There really was no hope in this series, no matter how many times they tried to offer up some little bit of sunshine, it’s almost immediately crushed beneath the gloom and doom of impending disaster.  This becomes worse as the series goes on, as we see Shuji becoming more and more dedicated to Chise and she becomes less and less capable of returning his love.  I kept watching, hoping that something would happen, she’d win the war, she’d get changed back into a human, something… anything… that would make the ending positive but it didn’t happen.  It spiraled down into a flaming disaster that turned out horribly for everyone involved.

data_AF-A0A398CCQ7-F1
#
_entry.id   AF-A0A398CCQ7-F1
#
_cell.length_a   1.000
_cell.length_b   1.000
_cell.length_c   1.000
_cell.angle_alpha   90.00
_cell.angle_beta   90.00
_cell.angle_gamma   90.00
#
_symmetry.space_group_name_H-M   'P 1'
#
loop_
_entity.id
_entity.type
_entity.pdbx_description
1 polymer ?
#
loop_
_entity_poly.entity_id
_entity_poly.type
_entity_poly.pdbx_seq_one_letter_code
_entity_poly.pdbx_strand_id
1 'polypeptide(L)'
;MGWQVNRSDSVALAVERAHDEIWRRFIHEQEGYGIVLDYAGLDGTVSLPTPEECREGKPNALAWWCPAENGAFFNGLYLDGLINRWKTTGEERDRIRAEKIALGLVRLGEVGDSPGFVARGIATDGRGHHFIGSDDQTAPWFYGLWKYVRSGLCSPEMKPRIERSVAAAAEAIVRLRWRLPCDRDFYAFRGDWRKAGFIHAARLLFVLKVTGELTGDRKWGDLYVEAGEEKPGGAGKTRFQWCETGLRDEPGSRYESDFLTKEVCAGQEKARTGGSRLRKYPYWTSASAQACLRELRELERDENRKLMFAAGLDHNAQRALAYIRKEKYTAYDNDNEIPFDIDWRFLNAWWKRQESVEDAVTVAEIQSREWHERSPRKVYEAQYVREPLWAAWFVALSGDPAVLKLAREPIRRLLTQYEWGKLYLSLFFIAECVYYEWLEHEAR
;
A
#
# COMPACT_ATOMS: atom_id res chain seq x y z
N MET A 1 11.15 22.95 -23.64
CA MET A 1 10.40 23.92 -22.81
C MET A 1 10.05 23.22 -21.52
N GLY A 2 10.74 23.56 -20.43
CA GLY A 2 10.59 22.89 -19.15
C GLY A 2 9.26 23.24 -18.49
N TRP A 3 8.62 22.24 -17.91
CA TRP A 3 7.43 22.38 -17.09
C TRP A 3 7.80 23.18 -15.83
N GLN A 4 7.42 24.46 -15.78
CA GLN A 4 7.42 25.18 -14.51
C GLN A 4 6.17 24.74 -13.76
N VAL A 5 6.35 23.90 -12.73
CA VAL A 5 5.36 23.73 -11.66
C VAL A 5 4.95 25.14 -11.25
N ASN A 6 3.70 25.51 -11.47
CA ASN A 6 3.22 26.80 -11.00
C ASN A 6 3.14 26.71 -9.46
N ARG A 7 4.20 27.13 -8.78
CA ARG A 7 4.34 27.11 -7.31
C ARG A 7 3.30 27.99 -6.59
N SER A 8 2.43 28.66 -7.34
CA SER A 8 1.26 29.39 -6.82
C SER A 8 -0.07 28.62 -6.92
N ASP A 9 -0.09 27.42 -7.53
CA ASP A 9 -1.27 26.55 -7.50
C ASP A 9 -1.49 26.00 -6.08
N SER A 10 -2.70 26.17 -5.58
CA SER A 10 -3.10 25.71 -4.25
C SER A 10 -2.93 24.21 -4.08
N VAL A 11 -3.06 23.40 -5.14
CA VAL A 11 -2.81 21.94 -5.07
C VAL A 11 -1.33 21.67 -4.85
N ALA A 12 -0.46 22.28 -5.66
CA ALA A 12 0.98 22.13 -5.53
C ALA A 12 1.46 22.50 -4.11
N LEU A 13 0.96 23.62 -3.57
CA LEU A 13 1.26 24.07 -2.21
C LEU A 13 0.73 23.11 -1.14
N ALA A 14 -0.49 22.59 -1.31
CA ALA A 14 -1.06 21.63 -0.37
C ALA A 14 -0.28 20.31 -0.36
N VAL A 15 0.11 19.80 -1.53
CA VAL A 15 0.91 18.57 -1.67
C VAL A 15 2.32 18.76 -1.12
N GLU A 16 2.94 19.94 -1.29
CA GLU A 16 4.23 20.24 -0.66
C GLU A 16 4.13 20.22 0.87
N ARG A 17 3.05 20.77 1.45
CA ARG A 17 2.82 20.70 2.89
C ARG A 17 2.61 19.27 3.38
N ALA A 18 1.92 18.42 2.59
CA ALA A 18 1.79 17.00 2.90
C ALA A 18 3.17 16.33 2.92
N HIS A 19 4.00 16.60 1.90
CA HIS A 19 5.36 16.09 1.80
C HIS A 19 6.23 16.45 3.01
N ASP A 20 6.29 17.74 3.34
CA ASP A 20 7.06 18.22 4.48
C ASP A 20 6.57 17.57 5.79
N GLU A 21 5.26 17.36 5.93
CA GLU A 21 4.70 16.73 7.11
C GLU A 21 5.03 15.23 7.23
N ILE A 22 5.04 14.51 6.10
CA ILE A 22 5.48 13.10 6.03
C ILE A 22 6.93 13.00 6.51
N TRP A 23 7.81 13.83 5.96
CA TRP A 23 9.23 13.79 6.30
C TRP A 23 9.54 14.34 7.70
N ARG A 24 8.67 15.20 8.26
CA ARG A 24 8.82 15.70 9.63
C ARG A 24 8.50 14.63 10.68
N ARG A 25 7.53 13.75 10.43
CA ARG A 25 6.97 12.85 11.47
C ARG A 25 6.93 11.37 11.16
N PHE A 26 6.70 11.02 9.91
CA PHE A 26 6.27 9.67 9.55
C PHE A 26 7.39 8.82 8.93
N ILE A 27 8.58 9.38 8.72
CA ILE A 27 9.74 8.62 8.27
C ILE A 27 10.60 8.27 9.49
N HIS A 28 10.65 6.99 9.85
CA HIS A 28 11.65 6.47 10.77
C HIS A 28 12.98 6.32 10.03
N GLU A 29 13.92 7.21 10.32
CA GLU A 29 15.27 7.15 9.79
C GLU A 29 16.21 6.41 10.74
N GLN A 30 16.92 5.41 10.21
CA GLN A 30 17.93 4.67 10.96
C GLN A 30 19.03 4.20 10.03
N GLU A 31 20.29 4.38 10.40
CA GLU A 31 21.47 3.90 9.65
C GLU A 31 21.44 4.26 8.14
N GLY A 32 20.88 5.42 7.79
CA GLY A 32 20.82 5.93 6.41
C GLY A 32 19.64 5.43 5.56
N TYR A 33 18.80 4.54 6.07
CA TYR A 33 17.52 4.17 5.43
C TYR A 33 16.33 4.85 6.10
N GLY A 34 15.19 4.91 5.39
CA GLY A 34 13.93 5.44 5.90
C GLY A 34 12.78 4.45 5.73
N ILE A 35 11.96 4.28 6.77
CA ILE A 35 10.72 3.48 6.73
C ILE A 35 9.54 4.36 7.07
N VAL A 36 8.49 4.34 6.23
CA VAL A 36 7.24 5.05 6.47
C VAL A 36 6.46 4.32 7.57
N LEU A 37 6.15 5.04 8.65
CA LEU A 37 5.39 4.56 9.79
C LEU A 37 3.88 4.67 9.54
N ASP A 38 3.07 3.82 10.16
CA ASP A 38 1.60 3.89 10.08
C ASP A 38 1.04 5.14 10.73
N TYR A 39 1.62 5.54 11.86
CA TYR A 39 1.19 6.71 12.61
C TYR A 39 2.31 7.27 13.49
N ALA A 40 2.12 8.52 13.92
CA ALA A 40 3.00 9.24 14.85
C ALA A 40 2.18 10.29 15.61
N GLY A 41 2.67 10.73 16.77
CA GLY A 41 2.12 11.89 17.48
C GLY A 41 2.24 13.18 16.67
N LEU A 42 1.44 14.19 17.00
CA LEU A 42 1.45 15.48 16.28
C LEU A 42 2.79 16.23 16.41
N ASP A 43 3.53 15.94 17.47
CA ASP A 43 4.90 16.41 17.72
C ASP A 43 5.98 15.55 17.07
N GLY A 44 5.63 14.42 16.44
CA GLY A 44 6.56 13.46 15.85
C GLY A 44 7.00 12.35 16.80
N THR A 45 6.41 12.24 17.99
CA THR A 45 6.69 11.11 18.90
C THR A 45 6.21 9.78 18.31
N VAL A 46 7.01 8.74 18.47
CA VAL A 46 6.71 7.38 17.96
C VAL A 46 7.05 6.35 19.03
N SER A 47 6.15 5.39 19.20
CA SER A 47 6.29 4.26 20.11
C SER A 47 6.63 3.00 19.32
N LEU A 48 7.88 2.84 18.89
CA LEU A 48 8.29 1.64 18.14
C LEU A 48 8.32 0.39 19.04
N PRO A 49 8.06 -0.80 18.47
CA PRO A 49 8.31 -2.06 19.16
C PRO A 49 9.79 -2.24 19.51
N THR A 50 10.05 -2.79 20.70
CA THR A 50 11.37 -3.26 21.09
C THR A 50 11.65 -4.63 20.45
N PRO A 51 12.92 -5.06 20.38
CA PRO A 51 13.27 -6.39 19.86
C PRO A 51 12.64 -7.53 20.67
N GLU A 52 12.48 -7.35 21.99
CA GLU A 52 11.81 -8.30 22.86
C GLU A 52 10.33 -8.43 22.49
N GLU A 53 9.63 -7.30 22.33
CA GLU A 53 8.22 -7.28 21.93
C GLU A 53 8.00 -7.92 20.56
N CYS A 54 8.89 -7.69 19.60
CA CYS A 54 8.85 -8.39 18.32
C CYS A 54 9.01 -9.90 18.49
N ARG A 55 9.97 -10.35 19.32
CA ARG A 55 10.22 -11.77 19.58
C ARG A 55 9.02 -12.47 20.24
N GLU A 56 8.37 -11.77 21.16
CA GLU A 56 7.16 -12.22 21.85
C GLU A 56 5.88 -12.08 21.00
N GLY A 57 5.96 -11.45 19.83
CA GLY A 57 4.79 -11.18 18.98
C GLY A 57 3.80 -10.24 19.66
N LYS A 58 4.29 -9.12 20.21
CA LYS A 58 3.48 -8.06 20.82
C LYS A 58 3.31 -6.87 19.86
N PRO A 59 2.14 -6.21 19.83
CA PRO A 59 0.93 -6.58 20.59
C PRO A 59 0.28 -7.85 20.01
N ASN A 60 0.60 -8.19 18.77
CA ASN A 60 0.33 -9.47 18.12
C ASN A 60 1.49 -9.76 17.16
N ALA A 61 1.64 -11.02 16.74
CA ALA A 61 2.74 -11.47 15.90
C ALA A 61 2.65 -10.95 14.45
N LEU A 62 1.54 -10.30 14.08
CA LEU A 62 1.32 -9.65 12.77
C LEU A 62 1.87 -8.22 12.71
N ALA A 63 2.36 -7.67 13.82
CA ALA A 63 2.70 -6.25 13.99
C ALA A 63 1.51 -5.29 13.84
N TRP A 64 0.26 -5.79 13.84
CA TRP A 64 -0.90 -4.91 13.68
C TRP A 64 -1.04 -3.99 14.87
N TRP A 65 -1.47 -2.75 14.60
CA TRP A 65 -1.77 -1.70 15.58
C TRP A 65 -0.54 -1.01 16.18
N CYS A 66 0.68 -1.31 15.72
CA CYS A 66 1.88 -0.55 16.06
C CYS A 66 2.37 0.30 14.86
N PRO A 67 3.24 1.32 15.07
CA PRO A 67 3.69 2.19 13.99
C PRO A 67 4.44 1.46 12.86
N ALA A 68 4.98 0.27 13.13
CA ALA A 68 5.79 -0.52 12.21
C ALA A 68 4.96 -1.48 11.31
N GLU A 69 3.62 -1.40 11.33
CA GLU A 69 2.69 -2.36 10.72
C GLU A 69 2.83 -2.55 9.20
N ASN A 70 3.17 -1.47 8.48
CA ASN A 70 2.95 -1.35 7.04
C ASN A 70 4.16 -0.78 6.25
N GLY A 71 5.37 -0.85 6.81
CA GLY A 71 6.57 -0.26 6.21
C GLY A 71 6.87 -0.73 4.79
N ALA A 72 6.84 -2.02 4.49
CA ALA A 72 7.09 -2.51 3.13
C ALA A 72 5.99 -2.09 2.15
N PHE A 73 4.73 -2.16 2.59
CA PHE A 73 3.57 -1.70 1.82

As for the animation, it comes from Studio Gonzo and unfortunately sucks.  Gonzo has done some decent stuff in the past, but unfortunately, this wasn’t one of them.  The voice acting was similarly problematic, especially Shuji, who spend the whole series, even when he had tears streaming down his face, begging Chise to survive, in a boring monotone.  Perhaps the one thing I hated the most, probably most surprisingly in fact, is the whole “ultimate weapon” concept.  It was just silly.  It reminded me of Loony Toons.  Chise would erupt into a mass of tentacles, she’d have missiles and bombs falling out of her skirt, all the while begging for nobody to look at her.  She had this weird scar on her chest that grew and shrank at will and it never really had any particular use except for her to angst over.  “Oh, I’m so ugly, I’m a weapon, hate me!”  And maybe that’s the biggest problem with it.  We’re supposed to care about this love story, but the war aspect got really silly, she’d fly around glowing and shooting rockets out of her butt and by the end of the series, she was so utterly and absurdly over-powered, it’s no surprise she blew up the planet and killed all of humanity.  Were we supposed to feel sorry for them?  I didn’t.  That said though, I was never bored with it, there was a lot of action and a lot of drama and the show rarely sagged, although there was a section in the middle that could have used a bit of work.  Shuji and Chise worked great when they were together, but when they were apart, their stories weren’t nearly as interesting.  Would I recommend this show?  It depends.  If you want to be depressed, sure, jump right in, but keep the local suicide prevention number handy.  If you’re looking for a good sci-fi show with some dramatic elements lumped in, no.  This is a sci-fi backdrop for an angsty teenage romance gone horribly wrong.  It wasn’t awful, it wasn’t what I was expecting or hoping for and a lot of people I’ve talked to say the same thing.  Some rave about the love story but most just shake their heads.  I have to fall into that latter camp.  I’d like to like it a lot more than I do, I know that I’d have done it differently.